Engineer – Anthony Salvatore, James Nichols. Orchestra – New Philharmonia Orchestra. Producer – Richard Mohr. Remastered By – Nathaniel S. Johnson. Soprano Vocals – Maria Ewing, Martina Arroyo. Tenor Vocals – Kenneth Collins, Leo Goeke, Placido Domingo. Giuseppe Verdi - James Levine (2), New Philharmonia Orchestra - I Vespri Siciliani (4xLP, Album + Box).
Choir – The John Alldis Choir (tracks: A1 to C, F1 to H). Composed By – Giuseppe Verdi. Conductor – James Levine (2). Soprano Vocals – Martina Arroyo (tracks: A1 to C, F1 to H). Tenor Vocals – Placido Domingo (tracks: B1 to D, F1 to H). Notes.
Album · 1991 · 71 Songs. I Vespri Siciliani: Act I: A te ciel natio. James Levine, Kenneth Collins, James Morris, John Alldis Choir, Terence Sharpe, Richard Van Allan, New Philharmonia Orchestra & John Alldis. James Levine, John Alldis Choir, Ruggero Raimondi, John Alldis & New Philharmonia Orchestra.
This album has an average beat per minute of 96 BPM (slowest/fastest tempos: 58/169 BPM). See its BPM profile at the bottom of the page. Tracklist I Vespri Siciliani (New Philharmonia Orchestra & John Alldis Choir feat. conductor: James Levine). 1. I Vespri Siciliani: Overture. I Vespri Siciliani: Act I. "A te, ciel natio".
James Levine John Alldis Choir, New Philharmonia Orchestra. CD Audio: RCA Victor Cat: RCA 63492. Kolodin, Irving, "I vespri Siciliani: How It Came to Be – What It Came to Be". Essay in booklet accompanying the Levine RCA recording, BMG 1974. Osborne, Charles (1969), The Complete Opera of Verdi, New York: Da Capo Press, Inc. ISBN 0-306-80072-1. Parker, Roger (1998), "Vêpres siciliennes, Les", in Stanley Sadie, (E., The New Grove Dictionary of Opera, Vol.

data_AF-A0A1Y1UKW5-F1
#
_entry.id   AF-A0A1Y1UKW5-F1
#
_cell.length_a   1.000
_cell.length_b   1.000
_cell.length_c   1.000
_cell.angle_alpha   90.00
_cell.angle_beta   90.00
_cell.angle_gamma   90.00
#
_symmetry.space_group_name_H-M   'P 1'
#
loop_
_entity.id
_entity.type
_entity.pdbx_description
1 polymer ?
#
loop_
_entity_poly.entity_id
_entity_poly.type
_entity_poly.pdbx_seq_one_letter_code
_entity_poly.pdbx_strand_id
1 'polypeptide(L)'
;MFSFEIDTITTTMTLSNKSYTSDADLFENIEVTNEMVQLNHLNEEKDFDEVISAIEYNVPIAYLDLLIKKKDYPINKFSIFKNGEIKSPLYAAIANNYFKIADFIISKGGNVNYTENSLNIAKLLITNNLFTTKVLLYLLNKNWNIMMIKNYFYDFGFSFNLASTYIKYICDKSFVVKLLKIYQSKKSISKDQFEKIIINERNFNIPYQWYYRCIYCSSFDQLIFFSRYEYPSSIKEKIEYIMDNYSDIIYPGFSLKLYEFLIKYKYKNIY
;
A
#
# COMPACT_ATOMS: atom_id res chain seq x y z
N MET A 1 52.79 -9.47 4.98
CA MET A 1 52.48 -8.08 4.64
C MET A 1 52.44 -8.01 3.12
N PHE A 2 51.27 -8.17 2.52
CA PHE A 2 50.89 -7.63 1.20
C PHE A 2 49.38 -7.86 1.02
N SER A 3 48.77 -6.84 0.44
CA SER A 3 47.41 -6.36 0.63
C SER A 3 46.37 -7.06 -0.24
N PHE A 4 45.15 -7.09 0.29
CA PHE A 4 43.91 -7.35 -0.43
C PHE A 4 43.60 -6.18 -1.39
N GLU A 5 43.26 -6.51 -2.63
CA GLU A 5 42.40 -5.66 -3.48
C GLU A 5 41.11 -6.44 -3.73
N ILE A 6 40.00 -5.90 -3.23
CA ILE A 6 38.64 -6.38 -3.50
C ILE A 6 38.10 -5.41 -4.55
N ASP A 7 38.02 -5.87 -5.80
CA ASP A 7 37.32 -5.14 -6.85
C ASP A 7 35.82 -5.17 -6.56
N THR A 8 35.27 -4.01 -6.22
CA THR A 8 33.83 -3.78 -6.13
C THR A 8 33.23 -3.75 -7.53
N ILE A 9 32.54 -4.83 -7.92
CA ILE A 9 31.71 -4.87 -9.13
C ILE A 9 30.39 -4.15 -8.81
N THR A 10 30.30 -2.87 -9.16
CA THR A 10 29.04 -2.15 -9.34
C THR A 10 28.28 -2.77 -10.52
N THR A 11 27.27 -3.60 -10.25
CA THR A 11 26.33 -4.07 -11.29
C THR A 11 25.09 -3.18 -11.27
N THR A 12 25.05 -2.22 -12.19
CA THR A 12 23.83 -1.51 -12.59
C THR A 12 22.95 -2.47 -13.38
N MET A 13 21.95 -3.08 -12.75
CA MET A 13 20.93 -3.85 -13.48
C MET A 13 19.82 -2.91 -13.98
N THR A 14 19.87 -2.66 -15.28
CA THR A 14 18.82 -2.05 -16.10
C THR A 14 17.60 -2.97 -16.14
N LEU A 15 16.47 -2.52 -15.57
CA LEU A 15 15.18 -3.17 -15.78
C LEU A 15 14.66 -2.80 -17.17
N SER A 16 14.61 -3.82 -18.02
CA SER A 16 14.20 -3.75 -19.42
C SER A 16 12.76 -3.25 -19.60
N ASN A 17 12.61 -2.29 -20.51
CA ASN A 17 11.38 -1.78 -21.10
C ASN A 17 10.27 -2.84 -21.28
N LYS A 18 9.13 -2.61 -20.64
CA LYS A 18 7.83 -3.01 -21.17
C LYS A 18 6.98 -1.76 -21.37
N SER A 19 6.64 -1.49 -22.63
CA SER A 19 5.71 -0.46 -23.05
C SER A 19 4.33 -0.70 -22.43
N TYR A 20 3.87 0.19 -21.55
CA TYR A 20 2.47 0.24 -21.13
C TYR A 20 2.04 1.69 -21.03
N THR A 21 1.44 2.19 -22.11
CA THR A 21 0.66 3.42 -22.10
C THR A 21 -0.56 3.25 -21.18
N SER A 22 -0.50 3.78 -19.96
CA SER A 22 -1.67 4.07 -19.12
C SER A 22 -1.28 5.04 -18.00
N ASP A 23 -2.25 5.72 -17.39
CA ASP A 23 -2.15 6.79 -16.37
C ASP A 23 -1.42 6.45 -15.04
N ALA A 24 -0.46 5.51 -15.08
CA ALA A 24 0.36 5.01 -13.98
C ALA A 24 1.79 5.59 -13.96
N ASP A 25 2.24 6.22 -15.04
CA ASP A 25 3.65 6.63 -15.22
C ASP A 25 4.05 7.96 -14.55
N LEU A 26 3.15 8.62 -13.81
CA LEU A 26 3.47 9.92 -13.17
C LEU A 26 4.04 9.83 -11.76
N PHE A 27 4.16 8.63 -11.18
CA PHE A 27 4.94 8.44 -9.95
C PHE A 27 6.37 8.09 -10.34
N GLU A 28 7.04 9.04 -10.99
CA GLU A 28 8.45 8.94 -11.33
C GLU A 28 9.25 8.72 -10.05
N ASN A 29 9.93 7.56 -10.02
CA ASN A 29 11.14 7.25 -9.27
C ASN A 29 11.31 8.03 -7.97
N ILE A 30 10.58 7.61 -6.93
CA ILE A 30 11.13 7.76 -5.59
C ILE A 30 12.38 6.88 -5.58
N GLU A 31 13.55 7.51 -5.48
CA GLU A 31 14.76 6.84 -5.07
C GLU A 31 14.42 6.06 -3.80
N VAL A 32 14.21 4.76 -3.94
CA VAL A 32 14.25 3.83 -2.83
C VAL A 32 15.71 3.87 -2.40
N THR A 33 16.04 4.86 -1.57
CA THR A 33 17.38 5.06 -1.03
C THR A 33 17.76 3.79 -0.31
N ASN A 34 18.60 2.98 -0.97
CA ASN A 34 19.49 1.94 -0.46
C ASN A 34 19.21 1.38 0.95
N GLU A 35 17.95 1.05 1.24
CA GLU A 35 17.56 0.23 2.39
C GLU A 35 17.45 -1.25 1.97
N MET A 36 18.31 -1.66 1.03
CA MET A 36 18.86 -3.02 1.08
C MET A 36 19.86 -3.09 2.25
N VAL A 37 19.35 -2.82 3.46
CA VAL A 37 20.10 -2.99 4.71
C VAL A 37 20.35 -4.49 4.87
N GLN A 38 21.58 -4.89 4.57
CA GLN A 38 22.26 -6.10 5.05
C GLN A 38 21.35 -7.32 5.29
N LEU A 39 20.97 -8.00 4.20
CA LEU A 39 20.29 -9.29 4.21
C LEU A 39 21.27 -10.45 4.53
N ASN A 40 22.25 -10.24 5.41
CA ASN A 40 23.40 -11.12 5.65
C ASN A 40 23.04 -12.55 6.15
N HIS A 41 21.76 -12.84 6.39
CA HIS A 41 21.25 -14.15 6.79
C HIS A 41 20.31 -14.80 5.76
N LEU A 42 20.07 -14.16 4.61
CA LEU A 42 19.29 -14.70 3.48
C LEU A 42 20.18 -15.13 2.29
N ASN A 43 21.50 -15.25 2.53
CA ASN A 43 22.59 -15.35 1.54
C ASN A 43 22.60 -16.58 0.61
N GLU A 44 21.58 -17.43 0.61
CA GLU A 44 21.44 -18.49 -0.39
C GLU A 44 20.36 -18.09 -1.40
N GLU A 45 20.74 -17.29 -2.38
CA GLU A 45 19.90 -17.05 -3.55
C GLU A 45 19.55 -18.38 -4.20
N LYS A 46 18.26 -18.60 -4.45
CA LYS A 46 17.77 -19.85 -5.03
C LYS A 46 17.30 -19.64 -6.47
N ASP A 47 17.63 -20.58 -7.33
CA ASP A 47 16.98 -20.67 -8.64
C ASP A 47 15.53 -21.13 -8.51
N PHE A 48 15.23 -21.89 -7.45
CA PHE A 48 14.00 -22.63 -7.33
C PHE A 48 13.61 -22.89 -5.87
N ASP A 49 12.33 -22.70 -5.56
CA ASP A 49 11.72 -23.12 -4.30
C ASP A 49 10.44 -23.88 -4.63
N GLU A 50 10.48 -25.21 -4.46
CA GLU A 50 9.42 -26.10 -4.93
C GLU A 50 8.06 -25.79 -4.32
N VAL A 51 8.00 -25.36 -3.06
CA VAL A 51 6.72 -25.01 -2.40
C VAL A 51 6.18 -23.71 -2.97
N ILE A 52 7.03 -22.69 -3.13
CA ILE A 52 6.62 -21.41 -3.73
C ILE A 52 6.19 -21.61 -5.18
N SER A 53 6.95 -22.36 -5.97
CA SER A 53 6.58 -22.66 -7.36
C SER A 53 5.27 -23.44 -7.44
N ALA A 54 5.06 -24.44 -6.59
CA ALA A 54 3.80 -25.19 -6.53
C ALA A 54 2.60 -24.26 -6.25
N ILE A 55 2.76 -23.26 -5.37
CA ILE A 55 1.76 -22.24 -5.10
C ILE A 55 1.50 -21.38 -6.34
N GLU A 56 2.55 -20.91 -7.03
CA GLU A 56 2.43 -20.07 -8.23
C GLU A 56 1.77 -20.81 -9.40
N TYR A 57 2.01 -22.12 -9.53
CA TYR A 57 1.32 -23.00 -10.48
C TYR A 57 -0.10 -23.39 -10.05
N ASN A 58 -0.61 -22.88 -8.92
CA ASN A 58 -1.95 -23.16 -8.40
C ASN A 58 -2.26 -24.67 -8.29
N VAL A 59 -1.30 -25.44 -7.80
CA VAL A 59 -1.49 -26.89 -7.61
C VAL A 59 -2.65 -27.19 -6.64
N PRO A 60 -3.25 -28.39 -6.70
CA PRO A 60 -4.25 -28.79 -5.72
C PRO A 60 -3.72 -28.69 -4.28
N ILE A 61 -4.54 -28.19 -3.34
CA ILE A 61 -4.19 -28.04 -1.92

I Vespri Siciliani (1973 recording). Release group by Verdi; Martina Arroyo, Plácido Domingo, Sherrill Milnes, Ruggero Raimondi, New Philharmonia Orchestra, John Alldis Choir, James Levine.
Album: Verdi: The Tenor Arias (2001). Artists: Джузеппе Верди, Plácido Domingo, James Levine, New Philharmonia Orchestra. Money online! Converting/Cutting.
The John Alldis Choir sounds Italian. No higher compliment possible for an English choir in an Italian blood and guts opera. The first two acts are not routine, exactly, but nothing of musical memorability happens, except for an extraordinary a-capella quartet, a very long a-capella quartet. This ensemble is a mine-field. One false step with the intonation on the part of any one singer and the whole thing is blown to smithereens. Singing this ensemble on a stage in front of an audience must be utterly terrifying. Verdi was in no way 'finding his way' with this opera. He was there! Don Carlo simply stands on the broad and high shoulders of I Vespri Siciliani and and Vespri unfairly suffers in comparison. It is a fascinating hybrid between his early thriller Ernani and his late masterpieces and holds the attention from start to finish. And there is that magnificent aria for Arrigo in Act IV.
|A1||Overture Act 1 (Part 1)|
|A2||Act I (Part 1)|
|B1||Act I (Concluded)|
|B2||Act II (Part 1)|
|C||Act II (Concluded)|
|D||Act III (Part 1)|
|E||Act III (Part 2) - Ballet: The Four Seasons. Winter; Spring; Summer; Autumn|
|F1||Act III (Concluded)|
|F2||Act IV (Part 1)|
|G||Act IV (Concluded)|